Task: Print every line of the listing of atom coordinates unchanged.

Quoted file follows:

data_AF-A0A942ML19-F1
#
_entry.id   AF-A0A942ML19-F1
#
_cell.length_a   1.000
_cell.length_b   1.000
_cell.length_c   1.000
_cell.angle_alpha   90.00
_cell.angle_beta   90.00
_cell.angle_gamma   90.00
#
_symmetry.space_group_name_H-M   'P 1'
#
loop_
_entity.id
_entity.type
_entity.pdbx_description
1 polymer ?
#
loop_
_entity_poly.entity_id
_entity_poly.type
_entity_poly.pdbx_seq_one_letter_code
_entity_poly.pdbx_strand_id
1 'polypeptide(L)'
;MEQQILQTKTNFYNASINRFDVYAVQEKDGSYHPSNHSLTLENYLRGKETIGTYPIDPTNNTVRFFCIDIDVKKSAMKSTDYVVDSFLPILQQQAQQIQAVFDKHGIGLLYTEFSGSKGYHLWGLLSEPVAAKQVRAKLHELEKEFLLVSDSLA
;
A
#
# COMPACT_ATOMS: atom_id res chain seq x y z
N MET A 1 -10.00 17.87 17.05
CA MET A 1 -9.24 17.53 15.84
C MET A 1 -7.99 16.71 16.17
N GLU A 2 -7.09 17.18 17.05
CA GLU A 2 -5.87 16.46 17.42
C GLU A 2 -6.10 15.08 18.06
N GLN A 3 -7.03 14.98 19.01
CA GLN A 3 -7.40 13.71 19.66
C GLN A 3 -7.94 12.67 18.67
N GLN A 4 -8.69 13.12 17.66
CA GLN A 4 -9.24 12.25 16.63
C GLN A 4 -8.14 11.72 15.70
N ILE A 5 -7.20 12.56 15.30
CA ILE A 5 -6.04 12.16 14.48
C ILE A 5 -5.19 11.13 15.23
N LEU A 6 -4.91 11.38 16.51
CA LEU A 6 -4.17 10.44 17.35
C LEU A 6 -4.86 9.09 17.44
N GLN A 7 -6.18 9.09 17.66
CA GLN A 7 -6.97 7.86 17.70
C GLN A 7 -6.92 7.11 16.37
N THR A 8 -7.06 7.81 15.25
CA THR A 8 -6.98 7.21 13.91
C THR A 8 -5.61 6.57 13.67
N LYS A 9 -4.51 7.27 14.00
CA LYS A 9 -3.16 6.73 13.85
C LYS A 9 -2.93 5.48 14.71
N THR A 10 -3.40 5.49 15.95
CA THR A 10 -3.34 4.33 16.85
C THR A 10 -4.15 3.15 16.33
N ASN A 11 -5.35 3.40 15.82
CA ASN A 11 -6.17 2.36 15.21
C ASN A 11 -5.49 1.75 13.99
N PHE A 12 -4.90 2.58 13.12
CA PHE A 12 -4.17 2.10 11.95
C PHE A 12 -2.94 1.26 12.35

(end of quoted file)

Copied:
data_AF-A0A942ML19-F1
#
_entry.id   AF-A0A942ML19-F1
#
_cell.length_a   1.000
_cell.length_b   1.000
_cell.length_c   1.000
_cell.angle_alpha   90.00
_cell.angle_beta   90.00
_cell.angle_gamma   90.00
#
_symmetry.space_group_name_H-M   'P 1'
#
loop_
_entity.id
_entity.type
_entity.pdbx_description
1 polymer ?
#
loop_
_entity_poly.entity_id
_entity_poly.type
_entity_poly.pdbx_seq_one_letter_code
_entity_poly.pdbx_strand_id
1 'polypeptide(L)'
;MEQQILQTKTNFYNASINRFDVYAVQEKDGSYHPSNHSLTLENYLRGKETIGTYPIDPTNNTVRFFCIDIDVKKSAMKSTDYVVDSFLPILQQQAQQIQAVFDKHGIGLLYTEFSGSKGYHLWGLLSEPVAAKQVRAKLHELEKEFLLVSDSLA
;
A
#
# COMPACT_ATOMS: atom_id res chain seq x y z
N MET A 1 -10.00 17.87 17.05
CA MET A 1 -9.24 17.53 15.84
C MET A 1 -7.99 16.71 16.17
N GLU A 2 -7.09 17.18 17.05
CA GLU A 2 -5.87 16.46 17.42
C GLU A 2 -6.10 15.08 18.06
N GLN A 3 -7.03 14.98 19.01
CA GLN A 3 -7.40 13.71 19.66
C GLN A 3 -7.94 12.67 18.67
N GLN A 4 -8.69 13.12 17.66
CA GLN A 4 -9.24 12.25 16.63
C GLN A 4 -8.14 11.72 15.70
N ILE A 5 -7.20 12.56 15.30
CA ILE A 5 -6.04 12.16 14.48
C ILE A 5 -5.19 11.13 15.23
N LEU A 6 -4.91 11.38 16.51
CA LEU A 6 -4.17 10.44 17.35
C LEU A 6 -4.86 9.09 17.44
N GLN A 7 -6.18 9.09 17.66
CA GLN A 7 -6.97 7.86 17.70
C GLN A 7 -6.92 7.11 16.37
N THR A 8 -7.06 7.81 15.25
CA THR A 8 -6.98 7.21 13.91
C THR A 8 -5.61 6.57 13.67
N LYS A 9 -4.51 7.27 14.00
CA LYS A 9 -3.16 6.73 13.85
C LYS A 9 -2.93 5.48 14.71
N THR A 10 -3.40 5.49 15.95
CA THR A 10 -3.34 4.33 16.85
C THR A 10 -4.15 3.15 16.33
N ASN A 11 -5.35 3.40 15.82
CA ASN A 11 -6.17 2.36 15.21
C ASN A 11 -5.49 1.75 13.99
N PHE A 12 -4.90 2.58 13.12
CA PHE A 12 -4.17 2.10 11.95
C PHE A 12 -2.94 1.26 12.35